United Kingdom

Connecting with a new generation

April 2018

By Jerry Edmondson, Aon Employee Benefits

We’re moving towards a four-generation workforce.

People are living longer than ever but the reality is that not everyone can afford to retire when they want to and are staying in work for longer too. Add in the fact that many retirees are choosing to ‘unretire’ after leaving work and the average workplace is now a mixed age demographic indeed.

There are the Veterans (born between 1925 and 1946), the Baby Boomers (those born between 1946 and 1964), Generation X (born between 1965 and 1980) Generation Y otherwise known as Millennials (born between 1980 and 1994) and Generation Z (born between 1995 and 2009). And now, on the horizon, a whole new generation is emerging. Generation Alpha, according to TEDx speaker, futurist and demographer Mark McCrindle, is anyone born between 2010 and 2025. They are the largest generation the “world has ever seen”. This is the generation who, Business Insider UK says, will change everything.

Although I’d suggest that every generation there has ever been has changed, if not quite everything then certainly a fair bit, with such a mix of generations and their radically different demands, needs and motivations, it’s no wonder that traditional communication methods are becoming obsolete. Employers are having to work harder than ever to engage new generations of employees. It’s no longer really enough to hold ‘lunch and learn’ workshops, send out generic e-comms or run ad-hoc tutorials in the hope a handful of staff will decide to increase their pension contributions.

Gen Y in particular, the latest generation to enter the workforce, are heading up this change in strategy. They’re tech-savvy, highly influential and according to CIO magazine, they’re the ones shaking up workplace communications. They want immediate gratification, mobile-friendly products and services. They’re the ones changing the dynamics of power from employer to employee. In other words, they’re making waves.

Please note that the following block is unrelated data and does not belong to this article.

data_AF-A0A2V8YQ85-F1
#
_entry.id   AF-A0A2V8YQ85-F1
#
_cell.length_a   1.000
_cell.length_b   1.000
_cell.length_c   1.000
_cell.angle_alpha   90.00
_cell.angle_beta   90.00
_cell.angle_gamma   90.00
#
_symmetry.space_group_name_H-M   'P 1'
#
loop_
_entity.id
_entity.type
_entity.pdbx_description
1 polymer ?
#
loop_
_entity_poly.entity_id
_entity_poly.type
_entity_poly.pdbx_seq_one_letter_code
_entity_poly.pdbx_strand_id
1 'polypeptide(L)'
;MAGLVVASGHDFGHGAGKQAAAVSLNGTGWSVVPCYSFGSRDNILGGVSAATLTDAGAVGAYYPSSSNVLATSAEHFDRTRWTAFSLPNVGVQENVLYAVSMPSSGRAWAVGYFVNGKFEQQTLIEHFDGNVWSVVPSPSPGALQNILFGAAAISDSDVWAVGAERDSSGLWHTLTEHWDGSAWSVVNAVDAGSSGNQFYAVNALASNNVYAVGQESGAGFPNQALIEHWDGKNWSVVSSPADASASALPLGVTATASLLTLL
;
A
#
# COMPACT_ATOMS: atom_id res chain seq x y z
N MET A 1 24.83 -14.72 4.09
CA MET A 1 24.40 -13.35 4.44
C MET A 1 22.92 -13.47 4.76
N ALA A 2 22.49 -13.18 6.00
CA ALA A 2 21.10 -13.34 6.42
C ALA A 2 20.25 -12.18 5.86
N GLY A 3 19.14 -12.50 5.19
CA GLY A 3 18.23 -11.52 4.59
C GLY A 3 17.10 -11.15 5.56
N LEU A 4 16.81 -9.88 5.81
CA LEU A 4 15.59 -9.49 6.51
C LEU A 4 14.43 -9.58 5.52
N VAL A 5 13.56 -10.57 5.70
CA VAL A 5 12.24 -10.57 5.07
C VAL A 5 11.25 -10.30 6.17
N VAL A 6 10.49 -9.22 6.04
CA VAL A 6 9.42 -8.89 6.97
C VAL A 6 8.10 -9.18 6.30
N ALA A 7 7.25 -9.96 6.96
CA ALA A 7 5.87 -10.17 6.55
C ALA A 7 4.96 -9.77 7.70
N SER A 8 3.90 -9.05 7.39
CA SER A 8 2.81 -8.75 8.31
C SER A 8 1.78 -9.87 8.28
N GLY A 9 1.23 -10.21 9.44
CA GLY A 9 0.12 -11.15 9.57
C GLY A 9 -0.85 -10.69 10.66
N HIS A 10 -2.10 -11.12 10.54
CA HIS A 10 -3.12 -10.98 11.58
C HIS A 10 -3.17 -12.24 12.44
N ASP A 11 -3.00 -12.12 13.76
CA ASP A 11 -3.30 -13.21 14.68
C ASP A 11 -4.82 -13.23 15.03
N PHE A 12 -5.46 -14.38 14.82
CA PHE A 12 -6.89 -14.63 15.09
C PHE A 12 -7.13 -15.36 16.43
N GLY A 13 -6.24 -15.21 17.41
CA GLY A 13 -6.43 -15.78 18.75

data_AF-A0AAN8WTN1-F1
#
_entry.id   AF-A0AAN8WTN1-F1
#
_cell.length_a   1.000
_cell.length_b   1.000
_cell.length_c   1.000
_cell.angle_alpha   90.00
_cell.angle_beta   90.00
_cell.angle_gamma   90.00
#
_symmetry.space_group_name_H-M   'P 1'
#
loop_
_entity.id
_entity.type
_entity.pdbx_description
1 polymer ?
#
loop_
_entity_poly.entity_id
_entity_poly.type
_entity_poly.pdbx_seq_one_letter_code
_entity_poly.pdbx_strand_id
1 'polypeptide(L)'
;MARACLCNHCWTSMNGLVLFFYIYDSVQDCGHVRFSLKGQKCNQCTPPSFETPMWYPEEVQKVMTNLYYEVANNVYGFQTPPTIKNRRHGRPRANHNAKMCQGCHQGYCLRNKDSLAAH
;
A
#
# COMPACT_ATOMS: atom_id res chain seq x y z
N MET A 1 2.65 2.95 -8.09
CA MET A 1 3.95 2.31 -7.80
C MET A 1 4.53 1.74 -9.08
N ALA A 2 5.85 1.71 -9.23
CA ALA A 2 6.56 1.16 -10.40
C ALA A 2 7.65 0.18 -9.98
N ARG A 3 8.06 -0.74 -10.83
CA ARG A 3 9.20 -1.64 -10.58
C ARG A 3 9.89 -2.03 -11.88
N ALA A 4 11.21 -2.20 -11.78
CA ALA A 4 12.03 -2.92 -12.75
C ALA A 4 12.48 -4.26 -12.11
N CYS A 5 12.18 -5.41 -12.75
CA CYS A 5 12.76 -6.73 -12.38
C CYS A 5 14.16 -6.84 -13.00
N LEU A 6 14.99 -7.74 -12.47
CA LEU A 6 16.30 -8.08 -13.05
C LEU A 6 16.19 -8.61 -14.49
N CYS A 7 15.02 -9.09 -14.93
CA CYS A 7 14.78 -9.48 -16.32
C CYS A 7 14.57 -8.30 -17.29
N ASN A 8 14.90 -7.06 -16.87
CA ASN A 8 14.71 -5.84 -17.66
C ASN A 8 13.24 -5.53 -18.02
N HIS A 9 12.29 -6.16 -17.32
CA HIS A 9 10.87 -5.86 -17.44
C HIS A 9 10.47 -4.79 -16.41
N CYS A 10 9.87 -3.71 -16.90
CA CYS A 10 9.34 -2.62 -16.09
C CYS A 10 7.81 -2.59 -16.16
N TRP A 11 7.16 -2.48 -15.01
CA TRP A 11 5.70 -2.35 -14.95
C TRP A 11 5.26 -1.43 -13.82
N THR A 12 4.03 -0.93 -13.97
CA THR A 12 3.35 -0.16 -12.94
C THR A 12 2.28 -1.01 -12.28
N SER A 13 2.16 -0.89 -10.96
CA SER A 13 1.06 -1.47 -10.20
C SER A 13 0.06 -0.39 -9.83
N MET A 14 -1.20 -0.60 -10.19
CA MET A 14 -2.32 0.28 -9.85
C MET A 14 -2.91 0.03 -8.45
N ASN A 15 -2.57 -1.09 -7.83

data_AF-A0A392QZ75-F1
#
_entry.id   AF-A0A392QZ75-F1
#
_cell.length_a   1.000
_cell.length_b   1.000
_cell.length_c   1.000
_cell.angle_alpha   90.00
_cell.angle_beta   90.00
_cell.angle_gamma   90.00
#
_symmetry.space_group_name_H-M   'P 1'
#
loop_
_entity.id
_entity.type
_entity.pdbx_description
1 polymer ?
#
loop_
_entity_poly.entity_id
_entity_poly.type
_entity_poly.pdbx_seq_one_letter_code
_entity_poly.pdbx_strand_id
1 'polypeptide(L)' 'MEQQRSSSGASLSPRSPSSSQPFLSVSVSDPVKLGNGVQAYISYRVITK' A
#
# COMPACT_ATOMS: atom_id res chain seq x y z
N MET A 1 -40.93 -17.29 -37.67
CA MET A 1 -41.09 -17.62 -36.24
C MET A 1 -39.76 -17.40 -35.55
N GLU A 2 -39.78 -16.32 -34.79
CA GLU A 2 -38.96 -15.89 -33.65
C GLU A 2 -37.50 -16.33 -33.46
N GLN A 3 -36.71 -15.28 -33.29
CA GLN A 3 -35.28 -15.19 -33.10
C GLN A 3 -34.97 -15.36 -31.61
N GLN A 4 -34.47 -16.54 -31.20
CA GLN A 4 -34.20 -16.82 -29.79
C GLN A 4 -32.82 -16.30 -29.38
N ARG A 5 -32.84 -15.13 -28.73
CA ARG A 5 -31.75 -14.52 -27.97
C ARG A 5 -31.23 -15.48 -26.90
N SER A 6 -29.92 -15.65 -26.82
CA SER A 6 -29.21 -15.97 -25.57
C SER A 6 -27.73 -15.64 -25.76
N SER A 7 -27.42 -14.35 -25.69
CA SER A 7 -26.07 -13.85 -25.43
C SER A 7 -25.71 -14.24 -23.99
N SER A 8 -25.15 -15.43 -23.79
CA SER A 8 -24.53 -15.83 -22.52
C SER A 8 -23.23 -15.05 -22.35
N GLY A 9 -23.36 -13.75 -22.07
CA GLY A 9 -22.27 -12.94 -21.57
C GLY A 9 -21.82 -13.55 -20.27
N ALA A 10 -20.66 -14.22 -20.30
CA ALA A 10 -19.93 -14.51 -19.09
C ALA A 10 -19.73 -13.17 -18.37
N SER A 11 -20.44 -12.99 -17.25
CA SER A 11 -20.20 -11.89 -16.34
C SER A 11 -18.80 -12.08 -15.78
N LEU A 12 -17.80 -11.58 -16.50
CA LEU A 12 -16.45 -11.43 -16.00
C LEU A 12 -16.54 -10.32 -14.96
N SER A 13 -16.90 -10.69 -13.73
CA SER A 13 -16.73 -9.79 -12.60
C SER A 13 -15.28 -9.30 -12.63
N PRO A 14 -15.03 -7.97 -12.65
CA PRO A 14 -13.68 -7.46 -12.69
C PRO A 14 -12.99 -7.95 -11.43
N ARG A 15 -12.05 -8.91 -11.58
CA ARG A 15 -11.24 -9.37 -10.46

“In the past, the individual had no power,” says McCrindle in Business Insider UK. “Now, the individual has greater control of their lives through being able to leverage this world. …Technology, in a sense, transformed the expectations of our interactions. Even new technologies have been transformed. It's not just email — it's instant messaging. It's not just sharing a document online — it's a Prezzi or a YouTube video."

We shouldn’t forget about Generation Alpha in all this, though. Employers may be waiting several years before the first cohort of Generation Alphas enter the workplace (probably because right now, most of them are still in nappies) but if their predecessors are anything to go by, the emerging generation is likely to be highly disruptive (in a good way) and digitally transformative. More so than ever.

Alpha kids will have never known a world before digital technology. As McCrindle explains, they won’t think about digital technology as ‘tools’, instead, they’ll integrate it effortlessly into their lives. Indeed, McCrindle describes Generation Alpha as the most “transformative generation ever” thanks to the “massive technological changes” set to happen in their lifetime.

Employers will have to up the ante to engage with new and emerging generations of employees. The trend is veering towards immersive experiences. Whereas previous generations were content to digest information passively, via newsletters, handouts or emails, digital-savvy generations are wanting to play a much more active role. For them, it’s all about experiences. Have you been there? Have you done that? Have you tried this?

It’s no longer about getting on the property ladder or getting the latest car. It’s about trying a new sport, visiting a new place, immersing yourself in a new culture. For newer generations to really engage, they need to be there, they need to feel it, they need to relate to it.

Think about a colleague’s holiday snaps. How interested are you really in their hundred-odd landscape shots of Mount Vesuvius? But what if you were actually there, actually in the photograph? Chances are you’d be interested then.

User generated content is not a term often heard in the context of employee benefits, but it’s commonplace in our out of work lives through social media.

The message for employers is clear: put the employee at the centre of your comms strategy; let them be the star of the show. Create a sense of excitement, because that, after all is what workplace communications should be about. As Rajneesh Chowdhury says in People Matters magazine: “At the core of employee communications is the need to create excitement about the organization among its people and give them a sense of how they can collaborate to realize both personal aspirations and business goals. This is what drives employee engagement.”



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